“Scripture, Meet the Web” ice.com in the NYTimes


Ice.com’s own Shmuel Gniwisch was prominently featured in a NYTimes article about the strange marriage between Online retailers and the Jewish Shabbat.

And on the seventh day, online retailers rested. At least some of them.

Consumers have grown to expect around-the-clock pampering from Internet merchants, who have been pushed by rivals to offer customer service even on weekends and to remedy site glitches immediately, no matter when they happen.

But this trend is being bucked by some electronic retailers – many with religiously observant owners and executives who leave their sites up and running on their Sabbath, but do not complete orders, work on the site or otherwise do anything to help customers. And despite an increasingly competitive environment and ever more demanding customers, they say their businesses have not suffered.

“I actually think we’ve gained,” said Shmuel Gniwisch, chief executive of Ice.com, a privately held online jeweler in Montreal. “Customers know if they need something they can wait until Sunday when we’re open, and people at the company have the chance to recharge and come back stronger.”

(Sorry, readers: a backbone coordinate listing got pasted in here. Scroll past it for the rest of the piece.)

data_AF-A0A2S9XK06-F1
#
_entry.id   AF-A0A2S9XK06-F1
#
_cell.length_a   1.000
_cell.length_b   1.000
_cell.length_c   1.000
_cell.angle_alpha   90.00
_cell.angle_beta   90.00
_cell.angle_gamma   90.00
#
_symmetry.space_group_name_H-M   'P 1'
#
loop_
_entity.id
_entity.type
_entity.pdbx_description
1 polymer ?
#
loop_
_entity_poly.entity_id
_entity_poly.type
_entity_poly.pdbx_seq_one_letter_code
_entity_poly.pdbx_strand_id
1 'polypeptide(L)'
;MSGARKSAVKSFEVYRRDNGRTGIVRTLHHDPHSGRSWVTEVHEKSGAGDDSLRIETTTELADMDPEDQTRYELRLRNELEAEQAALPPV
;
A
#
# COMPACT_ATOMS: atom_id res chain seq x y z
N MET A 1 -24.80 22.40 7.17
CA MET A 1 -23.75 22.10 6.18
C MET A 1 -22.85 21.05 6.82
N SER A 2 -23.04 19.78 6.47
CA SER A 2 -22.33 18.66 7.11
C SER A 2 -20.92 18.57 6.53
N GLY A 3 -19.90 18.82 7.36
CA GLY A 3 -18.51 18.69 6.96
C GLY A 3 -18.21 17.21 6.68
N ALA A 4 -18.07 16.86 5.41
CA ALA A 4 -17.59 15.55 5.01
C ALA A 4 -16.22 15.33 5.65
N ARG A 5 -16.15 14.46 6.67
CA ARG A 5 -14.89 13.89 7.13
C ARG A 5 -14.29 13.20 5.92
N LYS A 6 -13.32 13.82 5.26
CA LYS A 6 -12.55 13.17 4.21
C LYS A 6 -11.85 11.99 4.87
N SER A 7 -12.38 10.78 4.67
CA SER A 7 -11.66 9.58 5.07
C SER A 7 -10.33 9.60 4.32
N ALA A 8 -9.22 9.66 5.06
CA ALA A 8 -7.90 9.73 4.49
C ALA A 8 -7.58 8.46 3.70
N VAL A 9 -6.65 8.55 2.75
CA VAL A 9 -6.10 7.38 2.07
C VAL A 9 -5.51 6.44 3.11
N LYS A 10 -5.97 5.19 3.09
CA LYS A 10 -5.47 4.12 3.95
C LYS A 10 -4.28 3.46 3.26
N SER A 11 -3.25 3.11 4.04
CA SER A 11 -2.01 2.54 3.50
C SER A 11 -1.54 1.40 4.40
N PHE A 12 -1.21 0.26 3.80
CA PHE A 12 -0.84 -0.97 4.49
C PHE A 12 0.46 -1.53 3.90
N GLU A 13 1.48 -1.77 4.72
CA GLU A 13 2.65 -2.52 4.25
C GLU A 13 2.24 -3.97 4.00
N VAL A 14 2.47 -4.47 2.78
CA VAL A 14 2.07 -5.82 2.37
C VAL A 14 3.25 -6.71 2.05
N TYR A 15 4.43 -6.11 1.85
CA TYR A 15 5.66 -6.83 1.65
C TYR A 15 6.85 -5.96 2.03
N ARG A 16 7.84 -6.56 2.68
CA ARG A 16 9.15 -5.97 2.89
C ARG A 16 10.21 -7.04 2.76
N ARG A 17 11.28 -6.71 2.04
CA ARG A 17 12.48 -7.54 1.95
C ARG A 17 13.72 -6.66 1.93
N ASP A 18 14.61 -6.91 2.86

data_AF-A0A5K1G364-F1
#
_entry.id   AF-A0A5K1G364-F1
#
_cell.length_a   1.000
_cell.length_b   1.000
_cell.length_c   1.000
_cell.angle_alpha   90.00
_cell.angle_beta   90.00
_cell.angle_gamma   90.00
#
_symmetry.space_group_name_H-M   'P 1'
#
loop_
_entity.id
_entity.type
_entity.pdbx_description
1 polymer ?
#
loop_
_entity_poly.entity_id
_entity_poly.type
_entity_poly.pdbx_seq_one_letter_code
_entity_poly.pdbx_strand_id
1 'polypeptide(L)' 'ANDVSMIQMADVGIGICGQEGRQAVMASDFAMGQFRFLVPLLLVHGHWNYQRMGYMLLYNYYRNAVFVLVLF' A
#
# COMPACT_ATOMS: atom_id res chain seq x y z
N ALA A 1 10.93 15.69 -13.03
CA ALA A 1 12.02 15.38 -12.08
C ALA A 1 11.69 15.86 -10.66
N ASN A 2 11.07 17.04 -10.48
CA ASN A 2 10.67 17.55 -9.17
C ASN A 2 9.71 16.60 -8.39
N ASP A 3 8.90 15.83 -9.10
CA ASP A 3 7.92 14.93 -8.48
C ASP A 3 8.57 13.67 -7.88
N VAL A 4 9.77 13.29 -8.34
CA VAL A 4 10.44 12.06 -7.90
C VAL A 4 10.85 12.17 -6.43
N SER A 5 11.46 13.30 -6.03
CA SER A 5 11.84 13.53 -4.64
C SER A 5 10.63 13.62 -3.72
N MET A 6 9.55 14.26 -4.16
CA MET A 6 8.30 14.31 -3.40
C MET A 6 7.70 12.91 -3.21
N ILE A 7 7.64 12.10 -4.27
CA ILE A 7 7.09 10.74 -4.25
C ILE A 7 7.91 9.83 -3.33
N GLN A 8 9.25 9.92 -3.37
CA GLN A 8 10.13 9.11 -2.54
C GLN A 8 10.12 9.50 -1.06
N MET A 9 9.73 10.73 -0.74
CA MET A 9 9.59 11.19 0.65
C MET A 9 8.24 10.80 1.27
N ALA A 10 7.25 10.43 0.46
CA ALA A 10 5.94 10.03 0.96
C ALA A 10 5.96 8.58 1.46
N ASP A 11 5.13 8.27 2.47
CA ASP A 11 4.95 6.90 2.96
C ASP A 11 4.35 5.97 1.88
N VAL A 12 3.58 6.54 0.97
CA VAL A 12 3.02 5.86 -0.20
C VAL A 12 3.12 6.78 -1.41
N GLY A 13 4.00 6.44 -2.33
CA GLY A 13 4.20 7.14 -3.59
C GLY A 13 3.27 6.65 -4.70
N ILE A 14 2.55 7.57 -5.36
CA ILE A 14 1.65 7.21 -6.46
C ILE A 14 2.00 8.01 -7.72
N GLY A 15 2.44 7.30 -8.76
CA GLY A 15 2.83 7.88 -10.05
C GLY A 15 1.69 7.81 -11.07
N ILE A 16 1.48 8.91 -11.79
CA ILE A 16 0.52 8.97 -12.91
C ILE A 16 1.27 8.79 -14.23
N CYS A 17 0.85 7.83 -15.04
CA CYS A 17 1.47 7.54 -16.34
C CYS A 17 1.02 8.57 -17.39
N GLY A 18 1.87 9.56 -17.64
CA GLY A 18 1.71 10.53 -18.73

Mr. Gniwisch, who is also a nonpracticing rabbi, says that the company shuts down completely for 25 hours starting Friday evening before sunset, when the Jewish Sabbath begins. During busy periods, customer service representatives, warehouse workers and some technology employees go back to work on Saturday evening when the Sabbath ends.

When visitors call customer service during Ice.com’s day off, they receive a message saying that the company is closed and will return their messages Sunday. Ice.com also responds to e-mail messages on Sunday.

The site has yet to encounter a major breakdown on Friday evenings or Saturdays, but if it does, its technology systems are set to display an error message on the home page, asking customers to return later. Should smaller technological hiccups occur, the company “contacts any customers who were affected and makes sure they’re happy,” Mr. Gniwisch said.

“My customer service managers are always telling me to find a way to stay up on Saturday by outsourcing,” he added. “But I think it’s more important when the people around you see you practice what you preach. It changes your relationship with your employees.”

Continue reading the NYTimes article here. The story also got picked up around the blogosphere

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